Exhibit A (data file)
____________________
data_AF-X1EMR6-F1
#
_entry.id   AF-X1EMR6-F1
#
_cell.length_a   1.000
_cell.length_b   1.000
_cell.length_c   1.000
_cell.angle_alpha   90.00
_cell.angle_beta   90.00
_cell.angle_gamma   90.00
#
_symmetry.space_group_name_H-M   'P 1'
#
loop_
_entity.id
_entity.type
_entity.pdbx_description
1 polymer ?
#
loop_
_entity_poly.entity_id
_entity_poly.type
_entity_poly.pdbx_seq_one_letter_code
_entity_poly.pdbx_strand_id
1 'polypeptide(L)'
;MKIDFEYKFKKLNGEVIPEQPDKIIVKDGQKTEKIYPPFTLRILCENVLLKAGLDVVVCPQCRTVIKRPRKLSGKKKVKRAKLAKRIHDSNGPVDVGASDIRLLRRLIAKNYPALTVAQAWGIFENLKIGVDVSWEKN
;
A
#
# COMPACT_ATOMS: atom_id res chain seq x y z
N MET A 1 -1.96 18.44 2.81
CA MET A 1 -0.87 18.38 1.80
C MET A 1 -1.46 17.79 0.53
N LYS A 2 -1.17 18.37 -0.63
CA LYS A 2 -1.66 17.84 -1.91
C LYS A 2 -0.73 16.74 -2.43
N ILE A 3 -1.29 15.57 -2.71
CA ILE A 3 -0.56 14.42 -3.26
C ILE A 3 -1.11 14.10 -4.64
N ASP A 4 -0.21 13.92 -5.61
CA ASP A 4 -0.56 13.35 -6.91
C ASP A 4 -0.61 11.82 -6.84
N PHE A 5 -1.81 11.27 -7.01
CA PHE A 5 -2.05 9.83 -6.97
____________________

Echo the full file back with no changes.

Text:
data_AF-X1EMR6-F1
#
_entry.id   AF-X1EMR6-F1
#
_cell.length_a   1.000
_cell.length_b   1.000
_cell.length_c   1.000
_cell.angle_alpha   90.00
_cell.angle_beta   90.00
_cell.angle_gamma   90.00
#
_symmetry.space_group_name_H-M   'P 1'
#
loop_
_entity.id
_entity.type
_entity.pdbx_description
1 polymer ?
#
loop_
_entity_poly.entity_id
_entity_poly.type
_entity_poly.pdbx_seq_one_letter_code
_entity_poly.pdbx_strand_id
1 'polypeptide(L)'
;MKIDFEYKFKKLNGEVIPEQPDKIIVKDGQKTEKIYPPFTLRILCENVLLKAGLDVVVCPQCRTVIKRPRKLSGKKKVKRAKLAKRIHDSNGPVDVGASDIRLLRRLIAKNYPALTVAQAWGIFENLKIGVDVSWEKN
;
A
#
# COMPACT_ATOMS: atom_id res chain seq x y z
N MET A 1 -1.96 18.44 2.81
CA MET A 1 -0.87 18.38 1.80
C MET A 1 -1.46 17.79 0.53
N LYS A 2 -1.17 18.37 -0.63
CA LYS A 2 -1.66 17.84 -1.91
C LYS A 2 -0.73 16.74 -2.43
N ILE A 3 -1.29 15.57 -2.71
CA ILE A 3 -0.56 14.42 -3.26
C ILE A 3 -1.11 14.10 -4.64
N ASP A 4 -0.21 13.92 -5.61
CA ASP A 4 -0.56 13.35 -6.91
C ASP A 4 -0.61 11.82 -6.84
N PHE A 5 -1.81 11.27 -7.01
CA PHE A 5 -2.05 9.83 -6.97